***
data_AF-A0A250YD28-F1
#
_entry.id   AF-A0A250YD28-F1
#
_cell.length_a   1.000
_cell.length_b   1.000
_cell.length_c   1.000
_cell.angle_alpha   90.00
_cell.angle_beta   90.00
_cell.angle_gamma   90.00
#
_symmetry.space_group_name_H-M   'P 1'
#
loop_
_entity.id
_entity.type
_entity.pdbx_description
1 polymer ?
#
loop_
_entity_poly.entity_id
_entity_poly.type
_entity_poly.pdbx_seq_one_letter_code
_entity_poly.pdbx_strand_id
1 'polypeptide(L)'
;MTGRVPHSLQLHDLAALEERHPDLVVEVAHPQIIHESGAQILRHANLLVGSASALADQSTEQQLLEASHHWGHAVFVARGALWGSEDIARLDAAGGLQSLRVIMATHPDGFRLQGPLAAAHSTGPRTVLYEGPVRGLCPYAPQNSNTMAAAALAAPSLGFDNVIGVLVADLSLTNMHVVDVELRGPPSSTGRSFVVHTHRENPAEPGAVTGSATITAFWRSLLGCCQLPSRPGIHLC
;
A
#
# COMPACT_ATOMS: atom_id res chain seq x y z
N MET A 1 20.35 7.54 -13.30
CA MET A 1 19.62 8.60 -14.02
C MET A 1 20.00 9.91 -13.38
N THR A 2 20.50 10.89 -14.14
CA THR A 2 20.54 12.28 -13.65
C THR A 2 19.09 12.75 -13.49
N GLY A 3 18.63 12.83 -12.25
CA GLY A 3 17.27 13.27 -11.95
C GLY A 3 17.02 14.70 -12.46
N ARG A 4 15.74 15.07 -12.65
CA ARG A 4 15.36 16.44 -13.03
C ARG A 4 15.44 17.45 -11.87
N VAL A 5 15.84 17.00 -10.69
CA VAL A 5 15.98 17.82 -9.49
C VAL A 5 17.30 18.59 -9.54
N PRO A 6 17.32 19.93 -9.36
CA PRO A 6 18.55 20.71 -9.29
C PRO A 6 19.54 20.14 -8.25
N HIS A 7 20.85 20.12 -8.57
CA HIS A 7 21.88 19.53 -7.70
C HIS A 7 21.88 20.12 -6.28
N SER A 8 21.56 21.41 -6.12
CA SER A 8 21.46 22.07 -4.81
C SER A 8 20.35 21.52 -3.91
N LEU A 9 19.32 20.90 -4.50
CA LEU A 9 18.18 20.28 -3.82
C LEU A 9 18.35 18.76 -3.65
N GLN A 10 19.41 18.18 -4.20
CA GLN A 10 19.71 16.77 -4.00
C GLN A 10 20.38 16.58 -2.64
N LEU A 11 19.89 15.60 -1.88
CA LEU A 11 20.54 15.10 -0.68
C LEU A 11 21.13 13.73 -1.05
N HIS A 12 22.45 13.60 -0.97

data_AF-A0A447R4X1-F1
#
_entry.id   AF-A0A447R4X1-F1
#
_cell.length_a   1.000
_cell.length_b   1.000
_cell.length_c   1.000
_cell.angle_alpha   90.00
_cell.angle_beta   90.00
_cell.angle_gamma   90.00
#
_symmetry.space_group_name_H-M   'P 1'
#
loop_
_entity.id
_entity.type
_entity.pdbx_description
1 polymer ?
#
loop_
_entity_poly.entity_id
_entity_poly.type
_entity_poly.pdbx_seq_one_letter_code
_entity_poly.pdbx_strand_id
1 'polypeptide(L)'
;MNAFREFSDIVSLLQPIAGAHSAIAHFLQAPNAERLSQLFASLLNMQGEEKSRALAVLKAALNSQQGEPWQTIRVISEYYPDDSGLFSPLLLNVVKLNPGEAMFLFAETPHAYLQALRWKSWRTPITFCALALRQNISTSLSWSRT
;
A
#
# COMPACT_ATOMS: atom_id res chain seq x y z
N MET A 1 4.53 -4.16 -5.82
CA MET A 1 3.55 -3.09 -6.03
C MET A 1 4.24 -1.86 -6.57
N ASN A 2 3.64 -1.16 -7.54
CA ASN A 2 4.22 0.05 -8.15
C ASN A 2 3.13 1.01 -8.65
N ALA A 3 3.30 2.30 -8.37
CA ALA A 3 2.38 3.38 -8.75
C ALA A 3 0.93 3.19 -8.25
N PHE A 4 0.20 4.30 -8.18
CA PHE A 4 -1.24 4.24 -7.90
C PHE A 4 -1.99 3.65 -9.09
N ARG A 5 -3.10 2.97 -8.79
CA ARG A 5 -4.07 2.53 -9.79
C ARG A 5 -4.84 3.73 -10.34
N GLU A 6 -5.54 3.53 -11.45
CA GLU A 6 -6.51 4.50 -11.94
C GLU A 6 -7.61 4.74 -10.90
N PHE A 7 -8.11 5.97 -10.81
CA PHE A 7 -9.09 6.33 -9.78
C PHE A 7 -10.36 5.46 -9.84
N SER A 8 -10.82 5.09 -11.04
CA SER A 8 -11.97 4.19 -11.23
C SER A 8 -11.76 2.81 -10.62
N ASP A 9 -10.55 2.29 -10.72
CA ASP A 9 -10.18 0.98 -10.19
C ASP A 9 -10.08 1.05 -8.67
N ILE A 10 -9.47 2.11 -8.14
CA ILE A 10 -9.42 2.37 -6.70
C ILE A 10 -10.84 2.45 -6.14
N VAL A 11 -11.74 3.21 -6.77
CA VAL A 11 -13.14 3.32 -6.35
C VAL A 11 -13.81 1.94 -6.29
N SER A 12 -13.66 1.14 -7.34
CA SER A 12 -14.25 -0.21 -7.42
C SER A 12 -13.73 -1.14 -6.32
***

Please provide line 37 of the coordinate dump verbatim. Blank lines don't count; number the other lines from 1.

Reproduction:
N GLY A 3 18.63 12.83 -12.25